Design development of The Urban Living Wall

Imagine a urban spaces where nature is part of the fabric of the city, with more places for plants, insects, spiders, small creatures, biodiversity. and a greener urban environment. We hope you can also bring together technology and nature into a new form that fits into vertical urban spaces

 

Prototyping with 3D Printing

The fab lab xCHc has been prototyping living wall planter panels that are stylish and still mimic a rocky surface to match our choice of native rocky outcrop plants.

You can join in the fun by downloading these open source designs (see below). 

DESIGN CONSIDERATIONS

The back of the planter panel functions to clip onto a wire fence, and is fastened with zip ties. There is a hole for irrigation, and for collecting water over flow from planter panels above.

FILAMENT FOR 3D PRINTING

The filament used for our project here in New Zealand is made locally by Diamond Age. They have a range of filament colours that are from a biodegradable plastic, which is corn starch based.

 

wood panel.jpg

Wood PanelS


The curved 3D face of the wood was designed  on the computer and cut with a CNC machine. We chose a recycled NZ Oregon wood species. It will withstand moisture well naturally without any need for dipping in toxic chemicals.

These wood panels add texture and color to our otherwise white and green living wall. They make a space for plants to eventually climb over.   

You can download this open source design here.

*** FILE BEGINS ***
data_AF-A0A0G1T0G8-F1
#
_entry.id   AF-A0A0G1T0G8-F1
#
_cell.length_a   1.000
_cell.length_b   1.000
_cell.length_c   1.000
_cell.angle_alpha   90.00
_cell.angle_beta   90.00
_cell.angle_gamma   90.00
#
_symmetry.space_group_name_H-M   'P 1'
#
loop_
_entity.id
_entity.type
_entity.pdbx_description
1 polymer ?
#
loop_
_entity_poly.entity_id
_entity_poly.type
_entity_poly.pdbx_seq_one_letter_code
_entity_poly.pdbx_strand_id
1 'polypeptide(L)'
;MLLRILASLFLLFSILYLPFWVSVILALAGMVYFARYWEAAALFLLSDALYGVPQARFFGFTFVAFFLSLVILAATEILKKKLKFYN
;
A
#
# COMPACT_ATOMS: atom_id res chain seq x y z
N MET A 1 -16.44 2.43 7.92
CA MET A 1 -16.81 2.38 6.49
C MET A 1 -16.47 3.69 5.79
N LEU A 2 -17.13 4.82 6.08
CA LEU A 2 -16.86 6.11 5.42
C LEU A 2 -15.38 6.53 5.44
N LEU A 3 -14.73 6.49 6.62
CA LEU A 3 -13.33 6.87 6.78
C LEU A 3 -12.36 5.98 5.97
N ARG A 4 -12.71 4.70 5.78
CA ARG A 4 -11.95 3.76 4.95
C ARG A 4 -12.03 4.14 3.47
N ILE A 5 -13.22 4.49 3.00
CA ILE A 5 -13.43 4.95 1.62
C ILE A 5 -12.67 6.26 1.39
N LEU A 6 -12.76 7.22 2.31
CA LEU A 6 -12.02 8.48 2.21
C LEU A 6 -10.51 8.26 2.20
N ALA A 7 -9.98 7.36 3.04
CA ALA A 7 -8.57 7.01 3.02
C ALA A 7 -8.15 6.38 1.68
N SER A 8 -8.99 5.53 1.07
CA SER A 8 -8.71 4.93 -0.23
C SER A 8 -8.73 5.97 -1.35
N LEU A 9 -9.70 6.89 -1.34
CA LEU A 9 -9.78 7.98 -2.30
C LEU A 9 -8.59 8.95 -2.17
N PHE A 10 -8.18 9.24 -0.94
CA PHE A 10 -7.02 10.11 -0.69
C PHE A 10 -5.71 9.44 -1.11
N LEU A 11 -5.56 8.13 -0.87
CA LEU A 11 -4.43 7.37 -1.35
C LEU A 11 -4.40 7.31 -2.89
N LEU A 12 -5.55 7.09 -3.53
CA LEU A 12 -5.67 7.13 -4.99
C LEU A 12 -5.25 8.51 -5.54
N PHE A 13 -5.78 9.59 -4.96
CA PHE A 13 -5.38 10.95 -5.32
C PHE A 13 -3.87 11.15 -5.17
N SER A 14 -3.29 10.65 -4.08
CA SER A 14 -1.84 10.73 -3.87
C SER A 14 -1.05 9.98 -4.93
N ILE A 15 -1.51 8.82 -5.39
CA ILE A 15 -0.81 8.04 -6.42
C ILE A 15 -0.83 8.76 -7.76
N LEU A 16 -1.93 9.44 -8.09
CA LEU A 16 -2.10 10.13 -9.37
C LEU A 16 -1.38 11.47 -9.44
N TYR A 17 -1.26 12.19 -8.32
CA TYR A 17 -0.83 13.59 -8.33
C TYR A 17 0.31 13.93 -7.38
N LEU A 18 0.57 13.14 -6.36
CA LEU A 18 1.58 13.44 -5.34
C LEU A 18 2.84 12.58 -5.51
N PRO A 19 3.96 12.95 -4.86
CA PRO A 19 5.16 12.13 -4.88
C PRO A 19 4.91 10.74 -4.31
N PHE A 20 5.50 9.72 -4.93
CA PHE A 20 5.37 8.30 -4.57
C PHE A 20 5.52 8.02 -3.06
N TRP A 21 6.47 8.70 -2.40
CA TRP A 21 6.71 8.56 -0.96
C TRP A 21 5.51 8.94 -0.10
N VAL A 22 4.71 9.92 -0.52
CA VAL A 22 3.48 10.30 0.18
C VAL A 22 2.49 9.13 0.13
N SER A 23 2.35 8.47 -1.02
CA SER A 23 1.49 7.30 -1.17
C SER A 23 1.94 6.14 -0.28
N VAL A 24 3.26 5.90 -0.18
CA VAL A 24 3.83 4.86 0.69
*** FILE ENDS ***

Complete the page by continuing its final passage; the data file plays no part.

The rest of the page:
wool Felt (carpet underlay) planters

These felt planters are made with one pattern piece, folded and sewn together. 

The material is made from recycled wool carpets and is given a second life as carpet underlay, or in our case planter pockets for an urban living wall. 

Cavalier Bremworth is a New Zealand company that manufactures wool carpets and these recycled carpet underlays. The product is called 'flashbac felted underlay' and more information can be found on their website here:  http://www.cavbrem.co.nz/whats-new/news/flashbac-felted-underlay-launched.aspx

Their products achieve Level 4 of the Environmental Certification Scheme. So we are glad to be using it. If you wish to use this material, be aware that you will have to buy a 10 meter roll by 1.7m high minimum, as this is the smallest amount. That will make you a large number of planter pockets. 

 This is a picture of the pattern piece during our design phase. The final pattern is slightly different. 

 This is a picture of the pattern piece during our design phase. The final pattern is slightly different. 


Anyone with a 3D model maker can download from this website  one of the panel piece designs and 3D print it. Download zip file here
 

 




 

There are four different face designs to choose from. 

We suggest the following settings when setting up to print on your 3D printer: 

infill = 0%

# shells = 4

layer height -= 0.4mm

temperature to 220

speed extr = 100 m/s

speed travelling = 180 mm/s

Save settings, 

It may say 5.09 hours. But on our makerbot 3D printer it is 3.40 hours.

 

Inspiration for the Urban Living Wall Design

Steve Reay's surfaces for nature to 'take hold'

Dr Steve Reay is currently a senior lecturer in the Industrial Design and Innovation Department at AUT University, Auckland. He has been part of the design team for this Urban Living Wall. Steve imagined urban environments where plain surfaces were transformed subtly into natural habitats. With stylishly shaped surfaces that would eventually become a living wall as plants grip to surfaces and small critters find homes in holes and crevices. This first design was implemented with ceramics and wood panels. 

Steve's research builds on his background in biology and ecology. A current research interest lies in exploring the potential benefits of collaboration between science and design, specifically how to move toward more sustainable futures.

http://autproductdesign.com/